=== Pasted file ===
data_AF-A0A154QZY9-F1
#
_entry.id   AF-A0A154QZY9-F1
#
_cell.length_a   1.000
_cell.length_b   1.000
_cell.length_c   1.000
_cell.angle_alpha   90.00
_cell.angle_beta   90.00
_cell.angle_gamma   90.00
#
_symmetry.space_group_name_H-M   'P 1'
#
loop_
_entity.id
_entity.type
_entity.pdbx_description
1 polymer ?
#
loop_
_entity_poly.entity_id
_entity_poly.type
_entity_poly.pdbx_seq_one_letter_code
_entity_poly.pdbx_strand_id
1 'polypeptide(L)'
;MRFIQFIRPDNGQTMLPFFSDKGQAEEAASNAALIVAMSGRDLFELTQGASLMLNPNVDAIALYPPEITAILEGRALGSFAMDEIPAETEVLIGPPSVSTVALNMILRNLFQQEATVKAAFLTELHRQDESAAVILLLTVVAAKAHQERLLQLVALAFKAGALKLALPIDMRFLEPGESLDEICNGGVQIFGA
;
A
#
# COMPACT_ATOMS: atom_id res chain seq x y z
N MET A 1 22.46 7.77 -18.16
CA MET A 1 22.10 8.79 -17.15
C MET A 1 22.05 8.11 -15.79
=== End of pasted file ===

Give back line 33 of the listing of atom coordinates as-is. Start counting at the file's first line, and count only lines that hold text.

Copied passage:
C MET A 1 22.05 8.11 -15.79